It is an ongoing discussion: What content fits on LinkedIn? The desire to position oneself in an approachable way is understandable. But beware: not all content belongs on LinkedIn. We show you which standards you should measure your posts against.
LinkedIn is a business platform. And that's a good thing. There is no other business network of comparable size. If the content were to become too similar to other social media networks, LinkedIn's raison d'être would quickly be lost.
Now, it is often claimed that in a modern work environment there must also be room for humanity. It is argued that social media was created to generate proximity, connect people and break down barriers. It is also a space for personal stories, many argue.
These motives are combined with a specific feature of social networks: virality. All social media platforms favour posts that get a large number of reactions (likes, shares, comments, etc.). After all, users seem to like the content and are thus kept on the platform. The reach of these posts increases with every click. Accordingly, one reaches many more people with a popular post at first glance. It is in the nature of us humans to like personal content more out of empathy. Consequently, personal content has a higher chance of generating more reach.
The arguments listed are not wrong. And yet there are two problems:
On LinkedIn, we all work on our personal branding with every interaction. We create perceptions with everyone who takes note of our clicks on the platform. What do we post? What do we like? What photo have we uploaded?
LinkedIn is an opportunity not only to be perceived as a competent expert. It is also an opportunity to offer our target groups something more. We shape the image and fill it with content. It makes sense to be approachable and accessible. Especially in the marketing of professional services (e.g. lawyers), such accessibility is valuable. Legal advice is often very personal – and where clients can get to know the person behind the lawyer, it makes the decision easier for them.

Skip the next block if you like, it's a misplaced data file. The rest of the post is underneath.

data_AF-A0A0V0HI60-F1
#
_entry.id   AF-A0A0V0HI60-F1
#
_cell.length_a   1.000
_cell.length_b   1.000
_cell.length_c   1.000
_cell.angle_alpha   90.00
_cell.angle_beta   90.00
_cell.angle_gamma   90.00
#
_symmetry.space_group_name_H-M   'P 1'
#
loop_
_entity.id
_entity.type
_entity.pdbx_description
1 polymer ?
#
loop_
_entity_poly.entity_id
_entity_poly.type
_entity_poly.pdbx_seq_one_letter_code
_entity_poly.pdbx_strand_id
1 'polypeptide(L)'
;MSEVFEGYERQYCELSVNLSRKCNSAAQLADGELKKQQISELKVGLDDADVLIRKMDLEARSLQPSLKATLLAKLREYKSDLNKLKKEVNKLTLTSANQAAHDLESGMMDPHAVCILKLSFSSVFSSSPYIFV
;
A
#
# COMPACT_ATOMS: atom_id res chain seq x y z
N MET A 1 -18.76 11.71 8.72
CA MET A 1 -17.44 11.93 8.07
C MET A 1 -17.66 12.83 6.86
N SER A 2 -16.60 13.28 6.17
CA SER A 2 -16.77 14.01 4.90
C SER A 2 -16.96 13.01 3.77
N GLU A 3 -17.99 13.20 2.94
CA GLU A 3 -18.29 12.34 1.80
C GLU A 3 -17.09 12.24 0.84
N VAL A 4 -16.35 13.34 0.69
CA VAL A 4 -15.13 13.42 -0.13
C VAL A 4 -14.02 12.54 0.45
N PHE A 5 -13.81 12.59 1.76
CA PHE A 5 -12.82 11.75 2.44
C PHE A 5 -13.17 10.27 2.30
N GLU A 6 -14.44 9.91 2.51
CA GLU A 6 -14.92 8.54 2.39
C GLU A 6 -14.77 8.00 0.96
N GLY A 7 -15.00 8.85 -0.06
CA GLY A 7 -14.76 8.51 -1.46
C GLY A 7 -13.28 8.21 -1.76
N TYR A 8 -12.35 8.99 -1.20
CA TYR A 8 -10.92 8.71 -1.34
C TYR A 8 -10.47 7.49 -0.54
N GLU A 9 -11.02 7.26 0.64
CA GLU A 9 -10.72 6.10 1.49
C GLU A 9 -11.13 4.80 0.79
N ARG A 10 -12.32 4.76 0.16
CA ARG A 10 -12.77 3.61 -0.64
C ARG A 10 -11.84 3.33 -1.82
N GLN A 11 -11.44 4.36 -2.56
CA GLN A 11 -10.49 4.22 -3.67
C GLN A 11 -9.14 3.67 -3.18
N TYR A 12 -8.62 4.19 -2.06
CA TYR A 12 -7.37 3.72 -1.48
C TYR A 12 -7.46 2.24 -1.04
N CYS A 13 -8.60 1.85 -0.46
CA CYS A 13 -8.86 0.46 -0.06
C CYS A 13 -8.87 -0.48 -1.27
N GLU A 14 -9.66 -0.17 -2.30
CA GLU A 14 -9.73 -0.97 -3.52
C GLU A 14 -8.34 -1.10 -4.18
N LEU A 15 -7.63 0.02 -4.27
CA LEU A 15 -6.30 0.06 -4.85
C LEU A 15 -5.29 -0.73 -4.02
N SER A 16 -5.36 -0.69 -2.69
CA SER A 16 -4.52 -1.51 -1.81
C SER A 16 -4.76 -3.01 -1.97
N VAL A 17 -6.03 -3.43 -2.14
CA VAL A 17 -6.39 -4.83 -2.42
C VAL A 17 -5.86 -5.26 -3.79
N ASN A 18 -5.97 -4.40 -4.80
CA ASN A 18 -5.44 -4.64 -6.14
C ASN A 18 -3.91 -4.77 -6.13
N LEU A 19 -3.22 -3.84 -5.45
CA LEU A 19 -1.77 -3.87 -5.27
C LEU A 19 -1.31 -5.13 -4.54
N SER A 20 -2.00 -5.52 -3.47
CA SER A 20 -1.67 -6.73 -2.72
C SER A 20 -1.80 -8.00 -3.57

But: The main motivation must remain the work on your own expert status. You should offer your target groups content on LinkedIn that is useful to them in their professional context. They can get all other information on Facebook and the like.
It is undisputed that this also leaves room for the one or other somewhat more personal post. This can even be cleverly used to gain reach in between – as explained above. The important thing is that it is used strategically and in the right proportion.
It is equally important that your post does not slip into the private sphere! Despite all personality, there always needs to be a connection to a professionally relevant topic. Cat videos, children's birthdays, a picture of the newly bought car and other private events have no place on LinkedIn. Especially for lawyers and other service providers, such posts – despite the reach they achieve – can do more harm than good.
In this sense:
Final note: What is "private" can of course not be judged conclusively and varies depending on the sender. An example: If I, as an expert in strategic marketing, post a picture of a chic holiday home, it has a different meaning than if it is shared by an architect.
First of all, how "success" is defined varies from person to person. For instance, as a service provider, it is important for me that my network perceives me as an expert in my field: strategic marketing for professional services.
The more substantial a post is, the more difficult it is to collect many likes with it. It takes more effort for my audience to judge whether my content has effectively earned a thumbs-up. There is often a lack of time and capacity to study these lines effectively.
So, for example, if I share a link to this blog post, I have less chance of getting many likes than if I post emotional content. But: Even if fewer people see my link to this blog post, this post pays significantly more into my status as an expert.
It's all in the mix: Those who master the right mix of professional content and personal, approachable (but still professional) posts will be successful on LinkedIn. The equation "the more reach, the more success" is definitely not true in this absolute.
We have a lot of experience with LinkedIn and support both companies and individuals. Our services range from training on the functionalities of the platform to creating strategies and coordinating communication between companies and their employees. Especially for law firms, the coordinated interaction between the positioning of the firm's brand and the personal branding of the fee earners is often crucial.
If you have any questions about LinkedIn, we look forward to hearing from you: email@example.com